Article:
There’s a real sense of evolution written all over the third album from Lanterns On The Lake. When they first appeared, with Gracious Tide Take Me Home in 2011, they could be handily pigeonholed next to the likes of Sigur Rós or Low: all hushed orchestration and fragile moments of melancholic beauty, with Hazel Wilde and Adam Sykes on joint vocal duties.
Sykes then left the band, and the follow-up, Until The Colours Run, saw more focus fall on Wilde, together with a harder, angrier, more political edge. Now, we have Beings, which sees the Newcastle quartet step up their development even further.
The feeling of sadness – even bleak devastation – that they’re so good at conveying remains (opening track Of Dust And Matter sees Wilde singing of passing out on the kitchen floor, with a drink in her hand), but there’s also a sense of urgency and hope. As perhaps the pivotal lyric of Of Dust And Matter puts it: “in my greatness, I vowed to destroy all I am. It brings out the best in me”. While they certainly haven’t destroyed all that’s great about them, this new focus is certainly bringing out the best in Lanterns On The Lake.
Guitarist Paul Gregory is once again on production duties, and he’s subtly moved the band’s focus away from chiming guitars to pianos, string and brass. It’s a move that suits them, especially combined with Wilde’s evocative voice. The first single to be taken from the album, Faultlines, is a majestically sweeping affair, built on some gorgeously rolling piano chords and imbued with a strange sense of impending doom: “it’s not the same since the old girl died” as Wilde puts it. Like much of the album, it’s a song of contradictions – unsettling yet also strangely comforting. Gregory’s also mastered the ‘quiet-loud-quiet’ dynamic that’s served the band so well in the past – I’ll Stall Them adds some beautifully atmospheric brass into the mix, and it builds beautifully to a heart-stopping crescendo.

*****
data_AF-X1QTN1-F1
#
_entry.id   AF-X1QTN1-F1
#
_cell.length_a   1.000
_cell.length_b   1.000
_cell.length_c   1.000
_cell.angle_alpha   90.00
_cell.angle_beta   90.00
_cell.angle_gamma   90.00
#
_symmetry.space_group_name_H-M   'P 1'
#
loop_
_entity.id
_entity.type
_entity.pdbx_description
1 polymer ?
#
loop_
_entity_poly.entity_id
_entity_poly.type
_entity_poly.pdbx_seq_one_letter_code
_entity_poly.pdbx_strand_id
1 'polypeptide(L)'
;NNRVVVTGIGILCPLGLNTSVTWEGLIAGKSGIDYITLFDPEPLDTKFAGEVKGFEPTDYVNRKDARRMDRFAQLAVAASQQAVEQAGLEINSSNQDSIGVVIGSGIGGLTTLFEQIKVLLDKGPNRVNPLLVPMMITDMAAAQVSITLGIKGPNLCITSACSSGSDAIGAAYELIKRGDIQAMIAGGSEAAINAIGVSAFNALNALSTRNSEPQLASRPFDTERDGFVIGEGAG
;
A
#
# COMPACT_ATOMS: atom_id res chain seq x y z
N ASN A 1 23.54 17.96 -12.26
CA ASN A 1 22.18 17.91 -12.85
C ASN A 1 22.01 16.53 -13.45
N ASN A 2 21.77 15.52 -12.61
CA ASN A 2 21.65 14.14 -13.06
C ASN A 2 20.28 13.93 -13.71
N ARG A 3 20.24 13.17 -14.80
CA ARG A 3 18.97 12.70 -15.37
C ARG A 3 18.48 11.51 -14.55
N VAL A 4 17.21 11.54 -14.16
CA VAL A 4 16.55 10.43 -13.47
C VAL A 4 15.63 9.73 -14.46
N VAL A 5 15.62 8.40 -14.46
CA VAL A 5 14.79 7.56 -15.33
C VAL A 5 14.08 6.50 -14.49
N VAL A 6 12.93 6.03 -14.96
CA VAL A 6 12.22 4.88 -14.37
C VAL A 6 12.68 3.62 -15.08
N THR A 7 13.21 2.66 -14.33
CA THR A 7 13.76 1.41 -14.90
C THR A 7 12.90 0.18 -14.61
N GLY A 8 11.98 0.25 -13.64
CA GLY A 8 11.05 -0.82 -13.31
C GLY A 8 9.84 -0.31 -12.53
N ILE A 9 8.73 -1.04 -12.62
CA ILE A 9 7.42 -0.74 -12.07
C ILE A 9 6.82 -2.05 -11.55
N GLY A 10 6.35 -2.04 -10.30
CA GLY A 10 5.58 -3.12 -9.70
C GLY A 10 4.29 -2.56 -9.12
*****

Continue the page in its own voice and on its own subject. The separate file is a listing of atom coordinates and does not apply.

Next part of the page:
Through The Cellar Door also creates a magnificent cacophony, while Send Me Home is a beautifully still, woozy ballad which shows off Wilde’s breathy vocals to their very best advantage. Maybe the most evocative moment though is the title track, which ebbs and flows gorgeously though its six minute running time. Much like one of their finest songs, I Love You Sleepyhead, it’s a track that’s destined to produce both tears and goosebumps. Amongst all this, there are hints of yet more previously unexplored musical territory which bodes well for future albums – the glitchy electronica burbling in the background of Stepping Down or the bubbling emotional tension in The Crawl.
This is an album that needs to be lived in, that you need to be fully immersed in – it’s only after a few repeated listens that the beauty of Beings really kicks in. It’s an album that may not crack the Top 10, but to those who succumb to it’s beguiling atmosphere, this is a record that will live with you for some time to come.